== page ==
Creativity and mental illness

Being creative is a wonderful thing. You can dream up ideas no-one else has thought of. You can put these ideas down on a paper or a canvas. You can approach problems from a different perspective, convey a mood in one picture, and even invent things that make people’s lives easier.

But in all its wonderfulness, the darker side of creativity is often ignored. Many creatives suffer from mental health problems and the stigma that still surrounds these issues means they aren’t always getting the help they need.

Several studies suggest there’s a link between creativity and mental health issues, particularly with mood disorders. One found that people in creative professions are 25% more likely to carry the genes that increase the risk of schizophrenia and bipolar disorder than those in less creative roles. While this doesn’t mean more creative professionals will have the conditions, and many dispute the evidence that claims connections between creativity and mental illness, mental health issues sadly aren’t uncommon in creative people.

The environments creatives often work in aren’t always the best for mental wellbeing with high-pressure workplaces being pretty common in the creative industry. Client demands, tight deadlines, or even just company culture means work/life balance can get thrown out the window. It’s a simple recipe for stress and burnout.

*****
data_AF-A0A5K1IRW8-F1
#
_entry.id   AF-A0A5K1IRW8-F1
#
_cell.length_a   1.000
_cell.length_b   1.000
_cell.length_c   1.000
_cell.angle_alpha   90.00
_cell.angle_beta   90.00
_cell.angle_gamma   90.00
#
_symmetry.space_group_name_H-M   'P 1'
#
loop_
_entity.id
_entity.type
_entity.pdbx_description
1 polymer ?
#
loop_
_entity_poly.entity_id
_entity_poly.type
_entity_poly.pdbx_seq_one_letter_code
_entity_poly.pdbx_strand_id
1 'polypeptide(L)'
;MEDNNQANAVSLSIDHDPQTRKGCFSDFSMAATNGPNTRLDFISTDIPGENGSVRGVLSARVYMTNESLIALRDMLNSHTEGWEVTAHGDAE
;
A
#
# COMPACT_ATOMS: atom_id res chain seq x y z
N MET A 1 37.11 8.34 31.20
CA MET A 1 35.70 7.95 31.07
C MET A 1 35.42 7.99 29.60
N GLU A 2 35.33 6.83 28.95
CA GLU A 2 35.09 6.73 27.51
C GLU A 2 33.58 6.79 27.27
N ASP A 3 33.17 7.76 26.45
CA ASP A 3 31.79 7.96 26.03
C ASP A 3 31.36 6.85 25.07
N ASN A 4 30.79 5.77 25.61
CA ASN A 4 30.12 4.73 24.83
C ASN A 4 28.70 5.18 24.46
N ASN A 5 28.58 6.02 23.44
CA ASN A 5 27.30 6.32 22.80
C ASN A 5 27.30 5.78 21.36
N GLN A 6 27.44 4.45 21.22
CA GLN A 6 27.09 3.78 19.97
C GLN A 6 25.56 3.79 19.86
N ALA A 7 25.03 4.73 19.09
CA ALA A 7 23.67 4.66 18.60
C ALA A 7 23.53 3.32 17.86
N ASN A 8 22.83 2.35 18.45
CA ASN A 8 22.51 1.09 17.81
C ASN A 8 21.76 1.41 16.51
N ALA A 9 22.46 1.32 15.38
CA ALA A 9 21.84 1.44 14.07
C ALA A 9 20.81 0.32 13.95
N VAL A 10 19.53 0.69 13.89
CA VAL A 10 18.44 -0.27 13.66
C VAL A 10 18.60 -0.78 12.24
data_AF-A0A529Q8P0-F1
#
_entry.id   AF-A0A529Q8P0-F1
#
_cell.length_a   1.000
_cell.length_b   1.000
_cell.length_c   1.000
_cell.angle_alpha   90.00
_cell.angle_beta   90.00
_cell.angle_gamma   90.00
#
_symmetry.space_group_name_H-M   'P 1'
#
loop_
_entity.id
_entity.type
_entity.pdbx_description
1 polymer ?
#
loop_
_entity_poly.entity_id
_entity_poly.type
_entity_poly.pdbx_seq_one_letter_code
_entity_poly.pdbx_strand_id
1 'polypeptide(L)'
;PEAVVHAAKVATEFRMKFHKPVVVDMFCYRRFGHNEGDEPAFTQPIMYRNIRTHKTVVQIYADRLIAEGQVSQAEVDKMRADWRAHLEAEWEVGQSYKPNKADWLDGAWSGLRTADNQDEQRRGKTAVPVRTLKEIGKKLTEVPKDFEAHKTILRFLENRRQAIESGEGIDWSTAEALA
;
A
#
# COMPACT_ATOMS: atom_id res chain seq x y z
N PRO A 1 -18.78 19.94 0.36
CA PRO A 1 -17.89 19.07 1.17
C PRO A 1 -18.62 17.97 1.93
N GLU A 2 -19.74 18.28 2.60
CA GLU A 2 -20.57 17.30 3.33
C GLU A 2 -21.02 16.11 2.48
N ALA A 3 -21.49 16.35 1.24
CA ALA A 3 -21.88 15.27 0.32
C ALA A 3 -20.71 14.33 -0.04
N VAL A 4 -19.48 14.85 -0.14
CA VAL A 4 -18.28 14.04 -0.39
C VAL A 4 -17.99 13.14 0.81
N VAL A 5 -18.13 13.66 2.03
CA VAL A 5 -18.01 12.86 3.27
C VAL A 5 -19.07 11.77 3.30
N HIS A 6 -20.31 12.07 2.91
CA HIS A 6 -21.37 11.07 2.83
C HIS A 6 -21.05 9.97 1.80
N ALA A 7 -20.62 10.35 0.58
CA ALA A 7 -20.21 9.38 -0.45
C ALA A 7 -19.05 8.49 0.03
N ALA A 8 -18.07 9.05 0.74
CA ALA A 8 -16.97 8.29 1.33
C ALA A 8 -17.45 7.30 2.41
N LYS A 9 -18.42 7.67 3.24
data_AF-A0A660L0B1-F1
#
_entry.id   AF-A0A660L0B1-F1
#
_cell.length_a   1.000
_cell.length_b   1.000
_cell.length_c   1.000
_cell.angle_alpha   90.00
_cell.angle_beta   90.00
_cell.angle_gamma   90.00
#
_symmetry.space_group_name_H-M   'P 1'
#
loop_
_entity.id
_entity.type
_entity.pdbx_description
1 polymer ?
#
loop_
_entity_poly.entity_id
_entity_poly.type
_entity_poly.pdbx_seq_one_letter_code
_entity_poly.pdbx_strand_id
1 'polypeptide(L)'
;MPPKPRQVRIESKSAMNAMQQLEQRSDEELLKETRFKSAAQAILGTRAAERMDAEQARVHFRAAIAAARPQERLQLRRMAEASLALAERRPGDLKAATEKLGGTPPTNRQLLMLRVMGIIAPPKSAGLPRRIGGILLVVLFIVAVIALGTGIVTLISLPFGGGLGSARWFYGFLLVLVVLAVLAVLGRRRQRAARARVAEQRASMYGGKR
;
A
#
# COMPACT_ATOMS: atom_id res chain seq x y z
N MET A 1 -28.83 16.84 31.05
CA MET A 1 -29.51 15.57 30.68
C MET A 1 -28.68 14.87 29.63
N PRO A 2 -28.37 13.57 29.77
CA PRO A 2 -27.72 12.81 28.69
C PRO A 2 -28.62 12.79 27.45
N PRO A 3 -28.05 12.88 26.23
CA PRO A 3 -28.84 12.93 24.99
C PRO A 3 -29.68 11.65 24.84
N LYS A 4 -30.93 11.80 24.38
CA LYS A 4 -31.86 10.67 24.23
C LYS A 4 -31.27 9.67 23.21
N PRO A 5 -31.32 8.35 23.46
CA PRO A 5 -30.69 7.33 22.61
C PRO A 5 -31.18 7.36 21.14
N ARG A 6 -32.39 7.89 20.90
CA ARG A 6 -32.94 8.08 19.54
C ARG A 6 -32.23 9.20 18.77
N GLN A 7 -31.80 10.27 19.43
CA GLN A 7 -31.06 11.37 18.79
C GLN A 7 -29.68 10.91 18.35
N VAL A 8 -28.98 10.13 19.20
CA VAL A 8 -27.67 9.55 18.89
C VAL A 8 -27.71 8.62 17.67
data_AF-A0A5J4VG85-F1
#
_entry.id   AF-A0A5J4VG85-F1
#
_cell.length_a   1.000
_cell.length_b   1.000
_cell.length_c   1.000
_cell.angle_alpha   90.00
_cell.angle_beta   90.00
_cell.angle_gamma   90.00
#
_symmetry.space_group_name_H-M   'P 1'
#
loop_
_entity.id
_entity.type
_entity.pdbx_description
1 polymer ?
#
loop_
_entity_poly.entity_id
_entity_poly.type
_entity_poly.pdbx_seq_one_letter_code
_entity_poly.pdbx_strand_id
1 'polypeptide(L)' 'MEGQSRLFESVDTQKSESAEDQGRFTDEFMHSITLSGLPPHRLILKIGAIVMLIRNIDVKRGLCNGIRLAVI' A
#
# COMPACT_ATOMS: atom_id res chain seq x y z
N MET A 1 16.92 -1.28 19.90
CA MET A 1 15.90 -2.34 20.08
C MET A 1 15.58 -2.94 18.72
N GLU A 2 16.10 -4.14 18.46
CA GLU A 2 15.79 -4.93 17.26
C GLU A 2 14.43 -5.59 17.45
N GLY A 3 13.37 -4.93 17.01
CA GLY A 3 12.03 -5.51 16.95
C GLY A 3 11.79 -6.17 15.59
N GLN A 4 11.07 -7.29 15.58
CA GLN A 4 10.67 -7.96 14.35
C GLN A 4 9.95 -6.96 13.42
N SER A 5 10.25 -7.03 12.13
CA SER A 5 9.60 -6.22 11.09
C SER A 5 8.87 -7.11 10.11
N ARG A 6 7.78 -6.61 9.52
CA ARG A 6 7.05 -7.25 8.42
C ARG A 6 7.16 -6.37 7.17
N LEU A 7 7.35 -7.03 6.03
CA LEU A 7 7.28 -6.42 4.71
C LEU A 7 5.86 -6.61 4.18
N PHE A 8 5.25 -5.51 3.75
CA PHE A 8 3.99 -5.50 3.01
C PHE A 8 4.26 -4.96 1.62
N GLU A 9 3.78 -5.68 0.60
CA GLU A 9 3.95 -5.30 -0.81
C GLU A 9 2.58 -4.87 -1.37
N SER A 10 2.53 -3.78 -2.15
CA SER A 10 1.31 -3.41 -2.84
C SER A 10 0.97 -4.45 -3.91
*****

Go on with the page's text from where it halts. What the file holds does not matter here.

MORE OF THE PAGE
The nature of creative jobs can also lend itself to mental illness. Being creative on demand isn’t easy and many are fuelled by doubt over whether their work is good enough. There’s also criticism to face on a regular basis. It’s easy for all of these things to wear a person down, and what’s worse is that many feel they can’t say anything about it out of fear they may be brushed off or even fired.

There are many things employers can do to help their staff facing mental health problems and the creative industry has an opportunity to tackle the stigma of mental illness both inside and out. Mental health issues aren’t yet well represented in advertising and British marketers feel it’s an area the industry has made very little progress on. By being open about mental health both in the workplace and in work produced, the industry could make a huge impact in reducing social stigma.

Companies should also have initiatives in place to tackle mental illness and make sure employees are aware they’ll be given support if they ever need it. Training managers to be sensitive to mental illness and offering time out or time off can really make a difference. Mental health charity Mind has a great guide on how to support staff facing mental health problems . 

The tortured artist is not someone to romanticise. Mental health issues are horrible to deal with and even worse if you can’t get the help you need. Health should always come first whether it’s physical or mental and the industry needs to recognise it.

Mental health help and support services

Annabelle MayorComment